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U.S. aircraft drop leaflets over southern Iraq

Fliers warn Iraqi troops not to fire on coalition planes

From Mike Mount
CNN Washington Bureau

Fliers warn Iraqi troops not to fire on coalition planes

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WASHINGTON (CNN) -- For a second time this month, U.S. aircraft dropped leaflets over Iraq, trying to persuade Iraqi troops not to fire on coalition aircraft patrolling the southern no-fly zone.

The leaflets were dropped Sunday over Basra and As Samawah, southeast of the capital, Baghdad.

Two types of leaflets were dropped as part of a continuing psychological campaign, though both carried essentially the same message: Stop firing on coalition aircraft, or else.

The leaflets were printed in Arabic. An English translation supplied by the Pentagon reads, "Before you engage coalition aircraft, think about the consequences," and on the other side it reads, "Think about your family, do what you must to survive."

The other leaflet reads, "Reaction if you decide."

Both fliers depict images of Iraqi forces firing on coalition aircraft and then being destroyed by coalition aircraft.

The U.S. aircraft, part of Operation Southern Watch, released two containers of 60,000 leaflets each over Basra and were scheduled to drop two containers over As Samawah. However, only one container opened during that drop, limiting to 60,000 the number of leaflets falling around that city.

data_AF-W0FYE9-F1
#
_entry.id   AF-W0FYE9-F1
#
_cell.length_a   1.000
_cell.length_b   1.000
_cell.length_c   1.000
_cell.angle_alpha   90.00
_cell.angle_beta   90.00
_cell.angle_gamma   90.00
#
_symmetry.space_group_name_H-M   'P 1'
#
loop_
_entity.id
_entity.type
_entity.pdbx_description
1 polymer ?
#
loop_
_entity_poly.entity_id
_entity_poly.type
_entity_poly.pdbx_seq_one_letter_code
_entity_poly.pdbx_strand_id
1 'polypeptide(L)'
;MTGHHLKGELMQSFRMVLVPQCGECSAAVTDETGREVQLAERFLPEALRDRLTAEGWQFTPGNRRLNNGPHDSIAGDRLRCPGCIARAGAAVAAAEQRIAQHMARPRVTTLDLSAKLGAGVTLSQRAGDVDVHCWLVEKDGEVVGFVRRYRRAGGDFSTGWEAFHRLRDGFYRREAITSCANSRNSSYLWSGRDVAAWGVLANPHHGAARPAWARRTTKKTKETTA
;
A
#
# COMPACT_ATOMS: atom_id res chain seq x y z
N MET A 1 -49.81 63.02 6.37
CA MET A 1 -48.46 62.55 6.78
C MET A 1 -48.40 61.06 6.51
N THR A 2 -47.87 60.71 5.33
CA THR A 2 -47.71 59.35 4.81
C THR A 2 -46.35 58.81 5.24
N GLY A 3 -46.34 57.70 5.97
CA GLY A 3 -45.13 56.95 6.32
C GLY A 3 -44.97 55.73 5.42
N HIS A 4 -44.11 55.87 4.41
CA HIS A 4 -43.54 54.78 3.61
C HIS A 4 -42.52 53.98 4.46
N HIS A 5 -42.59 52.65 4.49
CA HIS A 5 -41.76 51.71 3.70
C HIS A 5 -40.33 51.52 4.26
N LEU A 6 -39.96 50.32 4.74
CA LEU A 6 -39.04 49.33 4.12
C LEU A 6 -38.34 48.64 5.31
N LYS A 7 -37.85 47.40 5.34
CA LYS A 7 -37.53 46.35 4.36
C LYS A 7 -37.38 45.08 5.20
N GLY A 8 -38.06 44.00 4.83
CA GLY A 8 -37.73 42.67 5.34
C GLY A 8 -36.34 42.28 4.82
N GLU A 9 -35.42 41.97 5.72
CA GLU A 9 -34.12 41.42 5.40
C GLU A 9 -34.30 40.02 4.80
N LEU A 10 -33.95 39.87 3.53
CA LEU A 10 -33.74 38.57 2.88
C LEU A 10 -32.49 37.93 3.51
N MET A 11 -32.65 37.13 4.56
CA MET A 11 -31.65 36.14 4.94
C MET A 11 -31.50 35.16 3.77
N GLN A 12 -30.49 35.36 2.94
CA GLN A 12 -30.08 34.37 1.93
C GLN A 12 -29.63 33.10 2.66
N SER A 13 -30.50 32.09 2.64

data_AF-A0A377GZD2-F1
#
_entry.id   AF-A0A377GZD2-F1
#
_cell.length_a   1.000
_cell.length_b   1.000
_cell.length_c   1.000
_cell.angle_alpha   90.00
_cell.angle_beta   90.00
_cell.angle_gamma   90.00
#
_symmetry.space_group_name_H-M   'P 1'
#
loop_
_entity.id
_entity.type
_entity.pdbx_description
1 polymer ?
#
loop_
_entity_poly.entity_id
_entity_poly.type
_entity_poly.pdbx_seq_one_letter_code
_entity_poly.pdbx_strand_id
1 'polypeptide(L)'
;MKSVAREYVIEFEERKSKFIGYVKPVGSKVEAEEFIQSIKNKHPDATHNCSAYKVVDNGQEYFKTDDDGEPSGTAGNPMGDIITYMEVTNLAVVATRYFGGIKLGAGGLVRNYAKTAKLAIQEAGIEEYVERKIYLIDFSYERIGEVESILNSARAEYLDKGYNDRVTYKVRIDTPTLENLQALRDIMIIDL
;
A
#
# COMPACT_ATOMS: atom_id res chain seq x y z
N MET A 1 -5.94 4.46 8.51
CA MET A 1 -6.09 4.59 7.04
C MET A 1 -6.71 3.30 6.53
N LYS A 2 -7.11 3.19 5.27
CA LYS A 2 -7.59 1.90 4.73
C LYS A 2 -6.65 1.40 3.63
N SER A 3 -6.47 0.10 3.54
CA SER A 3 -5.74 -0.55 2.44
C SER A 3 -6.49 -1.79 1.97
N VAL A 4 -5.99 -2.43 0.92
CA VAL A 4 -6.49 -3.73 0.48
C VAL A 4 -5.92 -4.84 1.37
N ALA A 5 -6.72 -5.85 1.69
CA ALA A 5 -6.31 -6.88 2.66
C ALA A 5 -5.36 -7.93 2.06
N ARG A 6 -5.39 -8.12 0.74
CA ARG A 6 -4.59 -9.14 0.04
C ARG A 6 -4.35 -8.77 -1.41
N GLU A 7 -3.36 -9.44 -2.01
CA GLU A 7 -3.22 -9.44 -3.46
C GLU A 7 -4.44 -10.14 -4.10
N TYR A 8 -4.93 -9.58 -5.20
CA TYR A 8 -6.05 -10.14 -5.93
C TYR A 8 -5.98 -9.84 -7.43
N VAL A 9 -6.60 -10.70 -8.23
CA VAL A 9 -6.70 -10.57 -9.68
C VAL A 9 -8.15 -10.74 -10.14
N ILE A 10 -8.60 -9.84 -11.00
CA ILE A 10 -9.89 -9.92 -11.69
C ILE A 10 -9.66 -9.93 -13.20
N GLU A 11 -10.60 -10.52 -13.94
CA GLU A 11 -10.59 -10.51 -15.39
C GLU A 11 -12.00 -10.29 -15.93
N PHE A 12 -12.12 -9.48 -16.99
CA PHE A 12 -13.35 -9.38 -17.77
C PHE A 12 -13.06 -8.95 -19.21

Earlier this month, U.S. aircraft dropped leaflets near Tallil, about 160 miles south of Baghdad.

Those leaflets also directed Iraqi troops to stop firing at coalition aircraft. In Arabic wording translated by the Pentagon, the leaflet read:

"The destruction experienced by your colleagues in other air defense locations is a response to your continuing aggression toward planes of the coalition forces. No tracking or firing on these aircraft will be tolerated. You could be next."

That leaflet drop was the first one over Iraq in about a year.

U.S. and British aircraft have enforced no-fly zones in northern and southern Iraq since the end of the Persian Gulf War in 1991 to protect Kurds in the north and Shiite Muslims in the south from possible attacks by the Iraqi government.



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